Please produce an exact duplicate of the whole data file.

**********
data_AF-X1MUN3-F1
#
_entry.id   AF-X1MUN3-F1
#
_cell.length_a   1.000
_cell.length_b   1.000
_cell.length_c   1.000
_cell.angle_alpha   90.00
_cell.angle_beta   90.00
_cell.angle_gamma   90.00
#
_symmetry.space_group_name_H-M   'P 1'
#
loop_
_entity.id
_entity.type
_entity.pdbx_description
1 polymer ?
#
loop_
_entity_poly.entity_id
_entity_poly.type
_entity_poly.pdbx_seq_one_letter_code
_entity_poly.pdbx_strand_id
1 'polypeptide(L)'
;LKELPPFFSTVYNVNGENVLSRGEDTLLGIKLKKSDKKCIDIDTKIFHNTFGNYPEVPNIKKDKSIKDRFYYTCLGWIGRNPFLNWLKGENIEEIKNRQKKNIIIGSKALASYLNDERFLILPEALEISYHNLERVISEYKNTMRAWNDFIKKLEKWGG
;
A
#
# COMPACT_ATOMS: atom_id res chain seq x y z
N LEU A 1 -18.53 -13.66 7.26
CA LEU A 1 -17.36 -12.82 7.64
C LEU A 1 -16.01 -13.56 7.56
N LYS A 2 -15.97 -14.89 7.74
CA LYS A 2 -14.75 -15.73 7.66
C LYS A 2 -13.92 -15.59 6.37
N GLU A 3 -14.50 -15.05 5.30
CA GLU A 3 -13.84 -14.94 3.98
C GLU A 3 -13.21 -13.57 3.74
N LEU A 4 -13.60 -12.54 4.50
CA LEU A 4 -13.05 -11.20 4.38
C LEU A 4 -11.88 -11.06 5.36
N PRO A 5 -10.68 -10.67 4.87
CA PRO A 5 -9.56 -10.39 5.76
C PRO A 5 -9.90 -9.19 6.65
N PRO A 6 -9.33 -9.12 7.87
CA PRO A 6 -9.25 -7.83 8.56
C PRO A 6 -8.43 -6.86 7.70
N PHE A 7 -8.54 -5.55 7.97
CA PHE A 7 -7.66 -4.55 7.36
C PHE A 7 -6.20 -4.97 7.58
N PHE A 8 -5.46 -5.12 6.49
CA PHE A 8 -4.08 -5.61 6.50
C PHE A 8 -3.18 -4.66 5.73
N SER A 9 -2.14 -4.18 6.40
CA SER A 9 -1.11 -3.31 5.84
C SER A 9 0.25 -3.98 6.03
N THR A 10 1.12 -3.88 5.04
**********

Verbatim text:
data_AF-X1MUN3-F1
#
_entry.id   AF-X1MUN3-F1
#
_cell.length_a   1.000
_cell.length_b   1.000
_cell.length_c   1.000
_cell.angle_alpha   90.00
_cell.angle_beta   90.00
_cell.angle_gamma   90.00
#
_symmetry.space_group_name_H-M   'P 1'
#
loop_
_entity.id
_entity.type
_entity.pdbx_description
1 polymer ?
#
loop_
_entity_poly.entity_id
_entity_poly.type
_entity_poly.pdbx_seq_one_letter_code
_entity_poly.pdbx_strand_id
1 'polypeptide(L)'
;LKELPPFFSTVYNVNGENVLSRGEDTLLGIKLKKSDKKCIDIDTKIFHNTFGNYPEVPNIKKDKSIKDRFYYTCLGWIGRNPFLNWLKGENIEEIKNRQKKNIIIGSKALASYLNDERFLILPEALEISYHNLERVISEYKNTMRAWNDFIKKLEKWGG
;
A
#
# COMPACT_ATOMS: atom_id res chain seq x y z
N LEU A 1 -18.53 -13.66 7.26
CA LEU A 1 -17.36 -12.82 7.64
C LEU A 1 -16.01 -13.56 7.56
N LYS A 2 -15.97 -14.89 7.74
CA LYS A 2 -14.75 -15.73 7.66
C LYS A 2 -13.92 -15.59 6.37
N GLU A 3 -14.50 -15.05 5.30
CA GLU A 3 -13.84 -14.94 3.98
C GLU A 3 -13.21 -13.57 3.74
N LEU A 4 -13.60 -12.54 4.50
CA LEU A 4 -13.05 -11.20 4.38
C LEU A 4 -11.88 -11.06 5.36
N PRO A 5 -10.68 -10.67 4.87
CA PRO A 5 -9.56 -10.39 5.76
C PRO A 5 -9.90 -9.19 6.65
N PRO A 6 -9.33 -9.12 7.87
CA PRO A 6 -9.25 -7.83 8.56
C PRO A 6 -8.43 -6.86 7.70
N PHE A 7 -8.54 -5.55 7.97
CA PHE A 7 -7.66 -4.55 7.36
C PHE A 7 -6.20 -4.97 7.58
N PHE A 8 -5.46 -5.12 6.49
CA PHE A 8 -4.08 -5.61 6.50
C PHE A 8 -3.18 -4.66 5.73
N SER A 9 -2.14 -4.18 6.40
CA SER A 9 -1.11 -3.31 5.84
C SER A 9 0.25 -3.98 6.03
N THR A 10 1.12 -3.88 5.04